Memphis Foreclosure Laws: Frequently Asked Questions
If you’re struggling to pay your mortgage in Memphis, you need to understand Memphis foreclosure laws and how they affect you. Here are some of the most common questions we get about foreclosure in Memphis, including how to stop it in its tracks.
What is a foreclosure?
Foreclosure is a process that starts when someone doesn’t or can’t make their regular mortgage payments. The banks use your home as collateral on your mortgage loan, so when you can’t pay, the lender has right to take back the house. Most of the time, this means the bank repossesses the house and sells it or auctions it off to someone else.
What is a notice of default?
Memphis foreclosure laws say banks first have to send you a notice of default and right to cure. This letter tells you you’ve failed to make your mortgage payments and need to fix it immediately if you want to keep the house.
What is a notice of foreclosure sale?
After the notice of default, the mortgage company or their lawyers send a notice of sale. This informs you the bank intends to repossess the property and sell it. The date on that letter tells you the exact day they intend to sell your home.
How long do you have to respond to a notice of foreclosure sale?
Tennessee foreclosure laws require banks to give you two notices: one that gives 60-days notice and another that gives 30-days notice. However, you don’t want to wait after that first letter comes in. You either want to catch up on those missed payments immediately or pursue a debt forgiveness solution (see below, because we can help).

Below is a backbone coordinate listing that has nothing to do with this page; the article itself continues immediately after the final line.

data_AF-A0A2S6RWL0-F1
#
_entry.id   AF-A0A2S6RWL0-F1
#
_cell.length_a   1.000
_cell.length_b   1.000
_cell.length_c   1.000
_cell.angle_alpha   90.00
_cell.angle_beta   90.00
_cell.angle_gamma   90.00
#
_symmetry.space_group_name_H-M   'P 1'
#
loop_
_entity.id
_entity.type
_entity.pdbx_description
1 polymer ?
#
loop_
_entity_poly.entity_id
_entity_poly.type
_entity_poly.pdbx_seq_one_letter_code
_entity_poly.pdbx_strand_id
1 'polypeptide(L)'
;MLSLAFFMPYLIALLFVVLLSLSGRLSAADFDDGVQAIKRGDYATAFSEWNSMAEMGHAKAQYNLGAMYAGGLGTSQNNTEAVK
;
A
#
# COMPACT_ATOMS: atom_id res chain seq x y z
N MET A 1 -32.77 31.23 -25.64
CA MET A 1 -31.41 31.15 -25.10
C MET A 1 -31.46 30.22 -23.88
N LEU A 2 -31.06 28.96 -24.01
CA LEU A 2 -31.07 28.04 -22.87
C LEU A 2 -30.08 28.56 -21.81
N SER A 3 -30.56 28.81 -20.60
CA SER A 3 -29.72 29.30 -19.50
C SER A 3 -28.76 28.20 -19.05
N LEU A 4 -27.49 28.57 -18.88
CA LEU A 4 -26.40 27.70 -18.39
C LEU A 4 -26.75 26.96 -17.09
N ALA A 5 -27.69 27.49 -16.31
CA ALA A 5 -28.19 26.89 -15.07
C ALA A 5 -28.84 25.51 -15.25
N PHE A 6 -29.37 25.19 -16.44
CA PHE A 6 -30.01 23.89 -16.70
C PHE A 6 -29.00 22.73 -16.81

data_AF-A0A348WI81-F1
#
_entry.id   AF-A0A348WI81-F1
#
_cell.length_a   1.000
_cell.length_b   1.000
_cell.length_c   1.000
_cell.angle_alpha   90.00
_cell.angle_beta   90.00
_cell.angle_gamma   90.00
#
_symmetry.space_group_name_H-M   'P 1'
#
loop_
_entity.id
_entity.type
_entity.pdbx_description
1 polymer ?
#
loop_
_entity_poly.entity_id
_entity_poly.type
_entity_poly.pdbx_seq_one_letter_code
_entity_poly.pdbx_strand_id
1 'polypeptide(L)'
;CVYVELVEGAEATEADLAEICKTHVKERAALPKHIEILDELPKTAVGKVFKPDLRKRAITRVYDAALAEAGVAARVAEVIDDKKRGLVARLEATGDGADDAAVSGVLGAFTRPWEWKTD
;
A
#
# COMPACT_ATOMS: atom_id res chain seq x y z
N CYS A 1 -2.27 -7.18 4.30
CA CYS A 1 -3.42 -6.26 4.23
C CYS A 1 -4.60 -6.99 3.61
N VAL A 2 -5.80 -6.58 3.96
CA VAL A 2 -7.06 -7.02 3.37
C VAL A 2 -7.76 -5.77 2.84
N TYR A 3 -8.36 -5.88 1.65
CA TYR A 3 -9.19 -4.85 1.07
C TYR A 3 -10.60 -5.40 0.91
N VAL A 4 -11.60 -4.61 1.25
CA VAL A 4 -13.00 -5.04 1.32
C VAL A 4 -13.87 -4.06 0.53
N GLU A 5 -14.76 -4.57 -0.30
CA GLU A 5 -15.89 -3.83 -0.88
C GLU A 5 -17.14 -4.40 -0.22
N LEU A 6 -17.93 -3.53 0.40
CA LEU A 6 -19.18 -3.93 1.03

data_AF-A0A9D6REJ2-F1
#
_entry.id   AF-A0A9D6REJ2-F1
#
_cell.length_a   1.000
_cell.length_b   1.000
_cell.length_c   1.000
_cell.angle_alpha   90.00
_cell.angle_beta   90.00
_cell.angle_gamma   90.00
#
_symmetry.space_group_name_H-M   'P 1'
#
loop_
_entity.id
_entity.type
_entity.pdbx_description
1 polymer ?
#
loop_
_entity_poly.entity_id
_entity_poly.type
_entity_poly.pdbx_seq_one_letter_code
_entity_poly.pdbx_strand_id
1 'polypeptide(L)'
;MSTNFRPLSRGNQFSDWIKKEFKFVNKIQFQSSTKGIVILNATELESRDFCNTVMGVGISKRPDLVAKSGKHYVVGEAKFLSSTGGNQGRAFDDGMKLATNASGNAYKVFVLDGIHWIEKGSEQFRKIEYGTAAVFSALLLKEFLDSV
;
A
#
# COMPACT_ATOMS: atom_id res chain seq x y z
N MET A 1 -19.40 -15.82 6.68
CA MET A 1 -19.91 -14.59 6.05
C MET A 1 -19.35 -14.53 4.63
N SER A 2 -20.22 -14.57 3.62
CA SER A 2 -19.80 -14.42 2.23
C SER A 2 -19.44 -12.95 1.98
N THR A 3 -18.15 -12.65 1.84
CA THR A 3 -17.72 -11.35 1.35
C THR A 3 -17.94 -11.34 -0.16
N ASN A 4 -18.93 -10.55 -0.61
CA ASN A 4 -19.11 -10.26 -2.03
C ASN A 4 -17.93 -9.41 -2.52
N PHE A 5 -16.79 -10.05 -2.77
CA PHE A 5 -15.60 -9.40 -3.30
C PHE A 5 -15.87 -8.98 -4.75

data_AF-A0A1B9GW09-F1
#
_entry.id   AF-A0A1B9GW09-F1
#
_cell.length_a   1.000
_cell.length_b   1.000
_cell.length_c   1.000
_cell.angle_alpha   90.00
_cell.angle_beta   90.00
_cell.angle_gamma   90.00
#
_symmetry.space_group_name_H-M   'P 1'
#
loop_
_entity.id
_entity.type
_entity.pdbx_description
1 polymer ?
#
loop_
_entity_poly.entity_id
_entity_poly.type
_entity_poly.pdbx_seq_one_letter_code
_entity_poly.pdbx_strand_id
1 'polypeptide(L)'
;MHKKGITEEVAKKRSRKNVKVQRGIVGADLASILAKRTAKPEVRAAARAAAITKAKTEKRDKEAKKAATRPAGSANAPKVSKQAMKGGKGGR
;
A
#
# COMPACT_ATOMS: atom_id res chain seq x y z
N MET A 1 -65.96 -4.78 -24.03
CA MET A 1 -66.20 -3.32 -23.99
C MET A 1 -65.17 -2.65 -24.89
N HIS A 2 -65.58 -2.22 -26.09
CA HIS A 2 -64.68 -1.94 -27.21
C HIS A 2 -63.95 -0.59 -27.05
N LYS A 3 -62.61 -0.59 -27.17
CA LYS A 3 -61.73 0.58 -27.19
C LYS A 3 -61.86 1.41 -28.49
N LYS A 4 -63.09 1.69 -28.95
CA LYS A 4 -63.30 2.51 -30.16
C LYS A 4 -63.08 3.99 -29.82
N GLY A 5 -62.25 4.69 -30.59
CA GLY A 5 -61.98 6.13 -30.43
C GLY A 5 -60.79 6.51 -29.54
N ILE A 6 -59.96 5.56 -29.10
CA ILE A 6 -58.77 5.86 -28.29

What does “nonjudicial foreclosure state” mean?
Tennessee is a nonjudicial foreclosure state, which means when you take out a loan on a house, you sign a deed of trust that lets the bank foreclose if you miss payments. The banks don’t have to go to court or get a specific court order—they just have to send you the legally-required warnings, and then they can take your house.
Is Tennessee a recourse state (and what does that mean)?
Tennessee is a recourse state, which gives lenders certain power after the foreclosure sale. In a recourse state, if the bank sells your home but doesn’t make up the full amount of your outstanding balance, they can get a judgement for you to pay the difference. So if you have a $300K outstanding mortgage debt and the bank only sells the house for $250, they can go through the courts to demand you pay the missing $50K.
When do you have to leave after a foreclosure?
While the foreclosure process usually takes a few months, once the sale goes through, you don’t have a lot of time. The new owner can begin eviction proceedings immediately. That’s why you really can’t wait when you get that first notice—in a few weeks, it’ll be too late. If you want to save your house, the earlier you get started, the better.
How do you stop foreclosure in Memphis?
As soon as you realize you can’t pay your mortgage, you need to move forward with solutions. Some people can pay back the debt from their savings. Sometimes for a short-term issue like one missed payment, you might be able to negotiate with the bank to help you get back on track.
However, for most people who want to save their homes from foreclosure, you will need to file Chapter 13.
Chapter 13 is an incredibly powerful law that allows people to get their lives back. If you’ve been through a tough time and need help getting back on track, it can make a world of difference. Under Chapter 13, your attorney helps you set up a court-approved payment plan that’s based on your specific situation. It’s such a life-changing option for some folks that I even wrote a free report called The Power of a Chapter 13 to help you understand it better.
For decades, our firm has helped thousands of people navigate Memphis foreclosure laws and keep their homes. We have helped people in their most desperate moments, and we pride ourselves on doing so with compassion, respect, and deep knowledge of the law.
We would love to help you, too. Contact us today for a free consultation, no strings attached. We can talk about your options and make sure you know how it could all impact you.
Just give me a call today at 901-327-2100, or fill out the form below.